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Police go for man on yellow line with BB
stamfordman
post Wed, 10 Jul 2019 - 16:12
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This looks rather heavy handed even if it was obstruction.

https://www.dailymail.co.uk/news/article-72...itting-man.html
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post Wed, 10 Jul 2019 - 16:12
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stamfordman
post Tue, 16 Jul 2019 - 14:02
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It's touching how much faith people have in the police. I'll keep an open mind.
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DancingDad
post Tue, 16 Jul 2019 - 15:03
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QUOTE (stamfordman @ Tue, 16 Jul 2019 - 15:02) *
It's touching how much faith people have in the police. I'll keep an open mind.

It isn't a case of faith in the police, it is the knowledge that when a cop tells you to do something, there are repercussions that may be unpleasant if you refuse.
It doesn't matter if the cop is totally wrong, which they were not here, if chummy refuses, the situation can only be expected to escalate.

The classic can be seen on any of the cop docusoaps with drunken teens.....
Move on please
F*** Off I got a right to be here, it's public property
If you do not move on I will arrest you
B****cks I'm not moving
….
It's always going to end in tears with chummy in the back of the Black Maria
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The Rookie
post Tue, 16 Jul 2019 - 15:30
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Policing cannot work if the Police would have to justify every decision they made before they could enforce it, just think of the repercussions if they did and be careful what you wish for.

Its not a case of trusting them (although the vast majority are decent honest people trying to do the right thing, but they, like all human beings, will make the odd mistake).


--------------------
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cp8759
post Tue, 16 Jul 2019 - 17:47
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QUOTE (DancingDad @ Tue, 16 Jul 2019 - 16:03) *
It doesn't matter if the cop is totally wrong, which they were not here, if chummy refuses, the situation can only be expected to escalate.

The power of a constable to direct traffic, under section 35 of the Road Traffic Act 1988, is not subject to any constraint other than the standard public law constraints (rationality etc...). So saying that the officer was "wrong" to give the direction to move is somewhat meaningless, a direction to move is a direction the officer is entitled to give and failure to comply is an offence, end of.


--------------------
I am not on the "motorists's side", nor am I on the "police/CPS/council's" side, I am simply in favour of the rule of law.
No, I am not a lawyer.
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stamfordman
post Tue, 16 Jul 2019 - 18:31
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QUOTE (DancingDad @ Tue, 16 Jul 2019 - 16:03) *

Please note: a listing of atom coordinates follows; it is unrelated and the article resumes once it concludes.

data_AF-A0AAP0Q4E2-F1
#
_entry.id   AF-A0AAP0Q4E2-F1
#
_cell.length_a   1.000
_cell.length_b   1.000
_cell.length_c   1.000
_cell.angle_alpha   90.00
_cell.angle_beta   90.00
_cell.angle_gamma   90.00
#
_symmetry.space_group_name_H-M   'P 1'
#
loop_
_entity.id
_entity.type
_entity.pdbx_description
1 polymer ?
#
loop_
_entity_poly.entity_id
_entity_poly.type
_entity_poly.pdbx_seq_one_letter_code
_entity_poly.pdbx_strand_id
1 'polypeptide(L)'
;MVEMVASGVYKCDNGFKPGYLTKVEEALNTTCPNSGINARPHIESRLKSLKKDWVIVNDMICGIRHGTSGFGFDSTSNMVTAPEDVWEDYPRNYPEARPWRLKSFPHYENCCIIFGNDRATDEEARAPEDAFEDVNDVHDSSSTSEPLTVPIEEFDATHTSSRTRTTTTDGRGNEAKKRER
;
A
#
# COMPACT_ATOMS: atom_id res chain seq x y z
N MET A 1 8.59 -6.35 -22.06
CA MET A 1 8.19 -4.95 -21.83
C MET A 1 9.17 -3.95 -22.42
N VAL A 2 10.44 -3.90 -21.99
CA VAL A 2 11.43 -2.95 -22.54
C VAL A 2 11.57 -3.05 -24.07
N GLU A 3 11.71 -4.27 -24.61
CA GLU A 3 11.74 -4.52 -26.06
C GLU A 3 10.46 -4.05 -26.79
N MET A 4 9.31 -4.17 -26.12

QUOTE (stamfordman @ Tue, 16 Jul 2019 - 15:02) *
It's touching how much faith people have in the police. I'll keep an open mind.

It isn't a case of faith in the police, it is the knowledge that when a cop tells you to do something, there are repercussions that may be unpleasant if you refuse.
It doesn't matter if the cop is totally wrong, which they were not here, if chummy refuses, the situation can only be expected to escalate.


No - there are many cases where the police are biased, wrong and violent, sometimes with tragic consequences. I have no idea what happened here other than someone ended up being restrained on the pavement. This would admit the possibility of a failure by the police to deal properly with someone who may perhaps be vulnerable. Without an independent inquiry you cannot assume anything.
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cp8759
post Tue, 16 Jul 2019 - 19:53
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QUOTE (stamfordman @ Tue, 16 Jul 2019 - 19:31) *
QUOTE (DancingDad @ Tue, 16 Jul 2019 - 16:03) *
QUOTE (stamfordman @ Tue, 16 Jul 2019 - 15:02) *
It's touching how much faith people have in the police. I'll keep an open mind.

It isn't a case of faith in the police, it is the knowledge that when a cop tells you to do something, there are repercussions that may be unpleasant if you refuse.
It doesn't matter if the cop is totally wrong, which they were not here, if chummy refuses, the situation can only be expected to escalate.


No - there are many cases where the police are biased, wrong and violent, sometimes with tragic consequences. I have no idea what happened here other than someone ended up being restrained on the pavement. This would admit the possibility of a failure by the police to deal properly with someone who may perhaps be vulnerable. Without an independent inquiry you cannot assume anything.

I've seen the video and the copper gave several instructions to move the vehicle, and to produce a driving licence. Failure to do either is a criminal offence. So the one thing that appears certain, is that the person being restrained committed several criminal offences.


--------------------
I am not on the "motorists's side", nor am I on the "police/CPS/council's" side, I am simply in favour of the rule of law.
No, I am not a lawyer.
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yen_powell
post Tue, 16 Jul 2019 - 20:26